Mac OS X Server Cross-platform Issues

Information and links related to using Mac OS X Server with Windows clients and servers

Last updated December 19, 2007

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Have you found a Mac OS X Server problem with Windows clients or Windows networks? Have you found a new solution? Let us know.



Mac OS X Server actually started shipping before Mac OS X did. It includes SMB file and printer sharing and WINS support for Windows clients, as did the AppleShare IP server before it. Mac OS X Server comes bundled with Apple's XServer hardware and is available as a separate software product.

Version History (recent)

Mac OS X Server 10.2.4 fixes some cross-platform issues. February 26, 2003 -- Apple released Mac OS X Server 10.2.4, which has a number of bug fixes and improvements, including fixes for AFP, SMB and NFS file services, and Open Directory, as well as cross-platform problems with Microsoft Word. Some of the improvements in the upgrade (which requires Mac OS X Server 10.2.3) include the following cross-platform issues:

If you find this upgrade to the Server software solves any of the cross-platform problems listed on our Mac OS X Server Reports page, please let us know.

Security Update 2002-08-02. August 5, 2002 -- Security Update 2002-08-02 works for Mac OS X client as well as Mac OS X Server. Apple describes the update:

Security Update 2002-08-02 includes the following updated components which provide increased security to prevent unauthorized access to applications, servers, and the operating system. Apache v1.3.26 OpenSSH v3.4p1 OpenSSL v0.9.6e SunRPC mod_ssl v2.8.10

Mac OS X Server 10.1.4 update improves mail services. April 17, 2002 -- Apple has posted Mac OS Server 10.1.4, an upgrade to the server for Macintosh and Windows clients. Apple lists two improvements to the mail services:

Mac OS X Server 10.1.1 update improves SMB printer sharing, WINS registration. November 21, 2001 -- Apple has posted a Mac OS X Server v10.1.1 update, which improves services for Windows clients, among other improvements. From the Apple readme file:

This update delivers improved improved reliability and performance of Apple file services, Apache web and Mail services under heavy load. Enhancements have also been made to improve server administration, SMB printer sharing, WINS registration and system clock accuracy.

MacWindows Reader Reports

Tips for accessing Mac OS X Server from Windows 2k client

October 26, 2001
Adam Glick of HelpDesk

I just spent the better part of the afternoon trying to get a Windows 2000 client to connect to a fresh OS X Server 10.1 install and wanted to pass on these observations and maybe save others some headaches:

1. Apple's got a few wrinkles to work out in the SMB/Samba setup.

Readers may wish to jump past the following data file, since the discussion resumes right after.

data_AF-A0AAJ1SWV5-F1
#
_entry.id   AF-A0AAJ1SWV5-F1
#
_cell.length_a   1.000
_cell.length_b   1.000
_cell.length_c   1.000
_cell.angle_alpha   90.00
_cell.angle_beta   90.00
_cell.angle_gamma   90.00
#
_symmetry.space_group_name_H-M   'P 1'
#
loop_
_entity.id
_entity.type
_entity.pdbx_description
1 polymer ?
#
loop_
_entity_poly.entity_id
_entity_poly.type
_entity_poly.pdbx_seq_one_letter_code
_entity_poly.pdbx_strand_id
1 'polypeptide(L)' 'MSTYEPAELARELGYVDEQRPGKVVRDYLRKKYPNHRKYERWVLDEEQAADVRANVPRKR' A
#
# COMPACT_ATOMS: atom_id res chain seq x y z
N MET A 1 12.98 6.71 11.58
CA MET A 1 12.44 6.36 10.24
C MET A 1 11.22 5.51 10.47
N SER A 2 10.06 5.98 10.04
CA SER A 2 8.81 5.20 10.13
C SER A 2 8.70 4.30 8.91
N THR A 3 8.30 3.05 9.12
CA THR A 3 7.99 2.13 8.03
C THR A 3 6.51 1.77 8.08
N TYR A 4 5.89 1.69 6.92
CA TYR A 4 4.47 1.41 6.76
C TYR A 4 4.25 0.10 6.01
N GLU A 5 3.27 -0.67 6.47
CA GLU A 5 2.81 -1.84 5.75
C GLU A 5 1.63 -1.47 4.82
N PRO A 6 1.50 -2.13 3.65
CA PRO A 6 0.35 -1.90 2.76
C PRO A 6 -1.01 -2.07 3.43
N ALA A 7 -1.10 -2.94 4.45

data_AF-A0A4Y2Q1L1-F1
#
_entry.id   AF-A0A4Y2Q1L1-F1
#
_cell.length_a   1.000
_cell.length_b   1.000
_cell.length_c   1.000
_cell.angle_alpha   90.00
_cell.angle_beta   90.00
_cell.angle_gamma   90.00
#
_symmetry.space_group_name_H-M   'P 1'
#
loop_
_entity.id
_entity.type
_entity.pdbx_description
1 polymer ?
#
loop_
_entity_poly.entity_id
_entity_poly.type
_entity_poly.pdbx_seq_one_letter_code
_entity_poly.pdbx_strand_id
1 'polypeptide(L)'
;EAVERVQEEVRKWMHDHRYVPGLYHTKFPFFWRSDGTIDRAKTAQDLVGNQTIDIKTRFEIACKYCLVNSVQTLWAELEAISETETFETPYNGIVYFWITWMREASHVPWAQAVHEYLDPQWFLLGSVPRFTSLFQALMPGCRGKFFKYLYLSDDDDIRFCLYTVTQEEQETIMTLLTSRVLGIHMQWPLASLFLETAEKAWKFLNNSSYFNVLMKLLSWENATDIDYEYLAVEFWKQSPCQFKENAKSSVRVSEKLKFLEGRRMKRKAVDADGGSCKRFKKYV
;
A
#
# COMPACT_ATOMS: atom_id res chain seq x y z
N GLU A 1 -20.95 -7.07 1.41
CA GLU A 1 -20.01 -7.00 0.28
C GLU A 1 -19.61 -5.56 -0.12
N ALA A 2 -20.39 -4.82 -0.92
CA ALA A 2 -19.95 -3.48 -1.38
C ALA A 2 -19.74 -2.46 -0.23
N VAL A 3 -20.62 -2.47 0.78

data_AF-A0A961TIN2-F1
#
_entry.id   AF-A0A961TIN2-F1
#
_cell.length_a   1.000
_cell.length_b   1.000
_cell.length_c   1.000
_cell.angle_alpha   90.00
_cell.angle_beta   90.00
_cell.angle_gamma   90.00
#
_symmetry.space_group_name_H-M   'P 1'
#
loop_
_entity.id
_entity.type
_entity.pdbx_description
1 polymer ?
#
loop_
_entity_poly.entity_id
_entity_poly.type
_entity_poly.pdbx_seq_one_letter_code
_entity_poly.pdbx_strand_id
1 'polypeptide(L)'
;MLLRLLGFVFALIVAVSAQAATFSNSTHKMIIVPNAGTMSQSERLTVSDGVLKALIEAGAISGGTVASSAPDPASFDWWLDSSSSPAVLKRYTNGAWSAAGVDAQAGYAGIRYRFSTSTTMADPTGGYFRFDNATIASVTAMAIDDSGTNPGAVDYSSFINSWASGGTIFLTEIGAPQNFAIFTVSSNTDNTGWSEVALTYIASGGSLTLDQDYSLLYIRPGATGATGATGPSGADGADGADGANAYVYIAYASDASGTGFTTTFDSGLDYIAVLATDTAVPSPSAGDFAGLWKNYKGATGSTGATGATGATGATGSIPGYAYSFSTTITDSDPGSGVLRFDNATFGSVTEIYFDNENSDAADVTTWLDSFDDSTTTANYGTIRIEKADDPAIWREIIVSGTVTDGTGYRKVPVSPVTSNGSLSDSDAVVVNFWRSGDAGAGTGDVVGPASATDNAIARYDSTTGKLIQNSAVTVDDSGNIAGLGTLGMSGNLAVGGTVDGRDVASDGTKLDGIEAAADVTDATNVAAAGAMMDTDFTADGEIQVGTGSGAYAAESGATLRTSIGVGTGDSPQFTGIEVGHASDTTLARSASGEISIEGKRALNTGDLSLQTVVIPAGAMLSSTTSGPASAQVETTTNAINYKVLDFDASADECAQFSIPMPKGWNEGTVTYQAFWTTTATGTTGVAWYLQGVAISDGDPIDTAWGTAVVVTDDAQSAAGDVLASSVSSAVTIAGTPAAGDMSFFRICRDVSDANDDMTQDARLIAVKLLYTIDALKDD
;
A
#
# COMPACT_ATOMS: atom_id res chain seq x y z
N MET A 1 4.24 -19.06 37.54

2. Many people are having a less than smooth time getting it to work (checkout the OS X Server discussions at Apple)

3. Server MUST have static IP and be in same subnet as Win clients

4. Server MUST have fully qualified DNS record

5. Server will show up fine in existing network neighborhood with existing WINS server if you tell it to register itself with WINS

6. Unless you enable the Authentication Manager you will never, EVER be able to get your Windows clients to log in (enables correctly passing encrypted passwords)

7. Make sure you reset the user's passwords after you enable Authentication Manager.

Other than that, performance of 10.1 on a G4-350 was impressive. Gave it lots of RAM (768) and a hardware RAID 5.

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Win 2000 clients making files that other users can't modify

Here we have a problem where noone can modify a file created by a Windows client. Several fixe are described.

October 26, 2001
Adam Glick

A gotcha: when a Windows 2000 client copies a file/folder to a share point, or modifies an existing file, ownership of the file or folder is switched to THAT user, not even the administrator can do anything to it. You have to manually reassign permissions back to the correct owner at the server. Someone in the discussion groups came up with a workaround for this by editing the samba .cnf file but restarting loses the changes.

August 5, 2002 -- A pair of readers (Kevin Pedersen and Dave Pooser) note that Apple Knowledge Base article 106570 solves this problem.

Kevin Pedersen also finds that Mac OS X 10.1.3 has a positive effect:

I've found that since upgrading to OS X 10.1.3 the smb.conf file can be left unlocked (sudo chflags nouchg /etc/smb.conf) and Server Admin won't muck with it anymore.

Dave Pooser also added this tip:

Here's a way to map other names to the user shortname so you can still log into Windows as "John Doe" instead of "johndoe" but authenticate to the server. The explanation:

1) Go to /etc/smb.conf and add the line

username map = /Library/Samba/

In the [global] setting. If you're like most of us, you've already locked that file in fixing the group-witeable bug; if not, you'll need to lock the file or it will get gorked every time you use the Server Admin WindowsServices fix (see Kbase article 106570 for details).

2) Then, in /Library/Samba/ create a file using your text editor of choice. The format is